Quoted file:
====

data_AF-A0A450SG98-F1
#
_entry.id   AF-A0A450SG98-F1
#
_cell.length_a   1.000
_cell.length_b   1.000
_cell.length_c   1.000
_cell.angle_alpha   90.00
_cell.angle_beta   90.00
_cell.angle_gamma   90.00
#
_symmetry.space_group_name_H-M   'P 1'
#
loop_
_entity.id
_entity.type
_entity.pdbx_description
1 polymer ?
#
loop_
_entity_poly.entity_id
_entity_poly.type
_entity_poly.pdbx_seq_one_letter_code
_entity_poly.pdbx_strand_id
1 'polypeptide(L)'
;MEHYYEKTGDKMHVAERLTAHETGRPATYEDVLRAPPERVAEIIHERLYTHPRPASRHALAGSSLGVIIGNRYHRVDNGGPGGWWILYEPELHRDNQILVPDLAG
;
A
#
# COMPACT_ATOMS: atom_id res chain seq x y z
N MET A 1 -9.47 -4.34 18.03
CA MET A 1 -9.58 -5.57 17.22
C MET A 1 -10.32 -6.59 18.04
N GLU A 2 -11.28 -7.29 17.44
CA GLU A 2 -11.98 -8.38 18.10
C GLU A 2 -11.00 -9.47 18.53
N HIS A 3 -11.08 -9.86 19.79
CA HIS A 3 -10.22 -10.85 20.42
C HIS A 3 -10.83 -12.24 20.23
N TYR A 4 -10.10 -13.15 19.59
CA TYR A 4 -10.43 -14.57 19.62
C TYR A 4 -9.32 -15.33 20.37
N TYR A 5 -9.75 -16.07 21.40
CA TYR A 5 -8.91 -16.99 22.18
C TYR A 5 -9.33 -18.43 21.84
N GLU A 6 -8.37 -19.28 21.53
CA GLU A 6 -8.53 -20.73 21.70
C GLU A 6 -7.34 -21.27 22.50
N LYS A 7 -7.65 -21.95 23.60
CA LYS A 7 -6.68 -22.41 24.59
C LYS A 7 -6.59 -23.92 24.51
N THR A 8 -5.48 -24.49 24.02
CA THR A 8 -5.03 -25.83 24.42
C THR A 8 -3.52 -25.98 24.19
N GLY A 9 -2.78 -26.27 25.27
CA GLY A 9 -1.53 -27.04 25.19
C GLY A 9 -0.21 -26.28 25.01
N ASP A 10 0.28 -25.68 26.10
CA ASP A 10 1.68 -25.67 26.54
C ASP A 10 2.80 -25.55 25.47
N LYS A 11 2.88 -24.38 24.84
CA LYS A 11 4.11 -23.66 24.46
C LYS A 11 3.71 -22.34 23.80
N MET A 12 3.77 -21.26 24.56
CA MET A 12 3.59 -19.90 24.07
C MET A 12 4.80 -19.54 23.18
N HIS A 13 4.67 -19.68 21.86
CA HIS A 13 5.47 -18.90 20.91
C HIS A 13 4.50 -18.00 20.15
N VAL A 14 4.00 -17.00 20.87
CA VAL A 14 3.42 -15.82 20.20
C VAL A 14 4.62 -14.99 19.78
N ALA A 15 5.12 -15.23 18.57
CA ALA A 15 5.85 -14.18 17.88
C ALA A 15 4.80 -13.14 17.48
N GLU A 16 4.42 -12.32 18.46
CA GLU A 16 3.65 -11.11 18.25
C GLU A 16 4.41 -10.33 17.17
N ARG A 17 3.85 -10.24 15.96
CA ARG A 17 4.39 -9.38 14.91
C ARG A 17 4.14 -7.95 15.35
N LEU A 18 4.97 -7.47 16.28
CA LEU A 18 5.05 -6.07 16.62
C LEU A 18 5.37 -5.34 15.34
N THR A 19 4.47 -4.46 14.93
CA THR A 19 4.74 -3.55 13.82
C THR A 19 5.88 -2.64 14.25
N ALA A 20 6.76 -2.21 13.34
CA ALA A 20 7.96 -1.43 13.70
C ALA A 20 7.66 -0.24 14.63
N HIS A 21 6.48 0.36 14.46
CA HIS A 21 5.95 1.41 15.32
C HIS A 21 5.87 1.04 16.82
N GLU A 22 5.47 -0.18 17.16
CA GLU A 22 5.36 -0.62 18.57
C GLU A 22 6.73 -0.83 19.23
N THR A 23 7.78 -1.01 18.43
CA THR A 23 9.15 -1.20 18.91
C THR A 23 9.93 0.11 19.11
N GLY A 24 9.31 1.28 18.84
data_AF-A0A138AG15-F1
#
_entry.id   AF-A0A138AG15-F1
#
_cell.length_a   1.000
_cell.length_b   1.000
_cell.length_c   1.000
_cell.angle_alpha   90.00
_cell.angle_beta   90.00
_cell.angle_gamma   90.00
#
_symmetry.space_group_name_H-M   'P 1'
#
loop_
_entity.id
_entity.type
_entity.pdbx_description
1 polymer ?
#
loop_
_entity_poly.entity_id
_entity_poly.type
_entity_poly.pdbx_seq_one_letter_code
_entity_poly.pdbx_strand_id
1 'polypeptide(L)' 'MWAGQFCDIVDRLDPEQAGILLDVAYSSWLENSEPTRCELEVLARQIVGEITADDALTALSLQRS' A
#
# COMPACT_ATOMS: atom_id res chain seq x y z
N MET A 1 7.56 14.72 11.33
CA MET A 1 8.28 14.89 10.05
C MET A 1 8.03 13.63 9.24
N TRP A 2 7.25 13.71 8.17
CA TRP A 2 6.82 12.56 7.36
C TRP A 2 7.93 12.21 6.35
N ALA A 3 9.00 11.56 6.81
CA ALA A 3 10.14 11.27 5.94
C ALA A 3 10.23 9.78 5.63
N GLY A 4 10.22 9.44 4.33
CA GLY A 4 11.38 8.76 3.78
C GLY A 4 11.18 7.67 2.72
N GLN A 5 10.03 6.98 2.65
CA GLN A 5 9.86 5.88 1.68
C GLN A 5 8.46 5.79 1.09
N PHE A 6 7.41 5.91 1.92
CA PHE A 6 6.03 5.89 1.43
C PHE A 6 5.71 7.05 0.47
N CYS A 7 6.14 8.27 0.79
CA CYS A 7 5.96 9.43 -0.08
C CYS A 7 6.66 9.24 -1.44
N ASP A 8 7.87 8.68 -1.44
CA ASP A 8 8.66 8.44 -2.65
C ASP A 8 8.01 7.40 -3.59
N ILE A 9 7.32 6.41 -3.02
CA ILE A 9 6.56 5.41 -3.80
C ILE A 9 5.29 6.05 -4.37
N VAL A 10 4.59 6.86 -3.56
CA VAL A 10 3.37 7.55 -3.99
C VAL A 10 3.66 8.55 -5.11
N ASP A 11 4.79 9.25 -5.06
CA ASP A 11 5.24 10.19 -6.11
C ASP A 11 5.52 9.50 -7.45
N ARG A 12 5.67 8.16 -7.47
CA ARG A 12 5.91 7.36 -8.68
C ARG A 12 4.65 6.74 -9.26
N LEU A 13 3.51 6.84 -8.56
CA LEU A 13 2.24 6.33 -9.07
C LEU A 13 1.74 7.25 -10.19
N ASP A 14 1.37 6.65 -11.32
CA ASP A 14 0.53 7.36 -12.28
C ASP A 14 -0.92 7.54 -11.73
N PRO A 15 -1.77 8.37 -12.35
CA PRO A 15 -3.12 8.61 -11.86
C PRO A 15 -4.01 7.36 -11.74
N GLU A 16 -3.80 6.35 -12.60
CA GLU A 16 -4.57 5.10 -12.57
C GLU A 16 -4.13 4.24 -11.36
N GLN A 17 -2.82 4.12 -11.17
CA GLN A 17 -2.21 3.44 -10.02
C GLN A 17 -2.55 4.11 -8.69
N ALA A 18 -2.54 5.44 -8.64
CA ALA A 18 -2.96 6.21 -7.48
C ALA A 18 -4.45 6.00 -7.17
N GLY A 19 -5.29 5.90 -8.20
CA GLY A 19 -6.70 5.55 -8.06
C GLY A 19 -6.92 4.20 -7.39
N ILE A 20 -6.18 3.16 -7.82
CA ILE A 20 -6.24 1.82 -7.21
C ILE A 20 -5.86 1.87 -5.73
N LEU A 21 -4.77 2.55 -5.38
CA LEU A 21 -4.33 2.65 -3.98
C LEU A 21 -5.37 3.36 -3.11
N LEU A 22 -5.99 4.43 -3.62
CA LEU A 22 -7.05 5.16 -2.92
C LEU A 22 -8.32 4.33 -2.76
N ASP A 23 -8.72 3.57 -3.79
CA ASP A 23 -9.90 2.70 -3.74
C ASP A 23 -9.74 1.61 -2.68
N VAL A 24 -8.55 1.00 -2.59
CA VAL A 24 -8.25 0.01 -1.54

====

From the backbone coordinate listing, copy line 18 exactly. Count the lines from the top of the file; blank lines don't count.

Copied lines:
1 polymer ?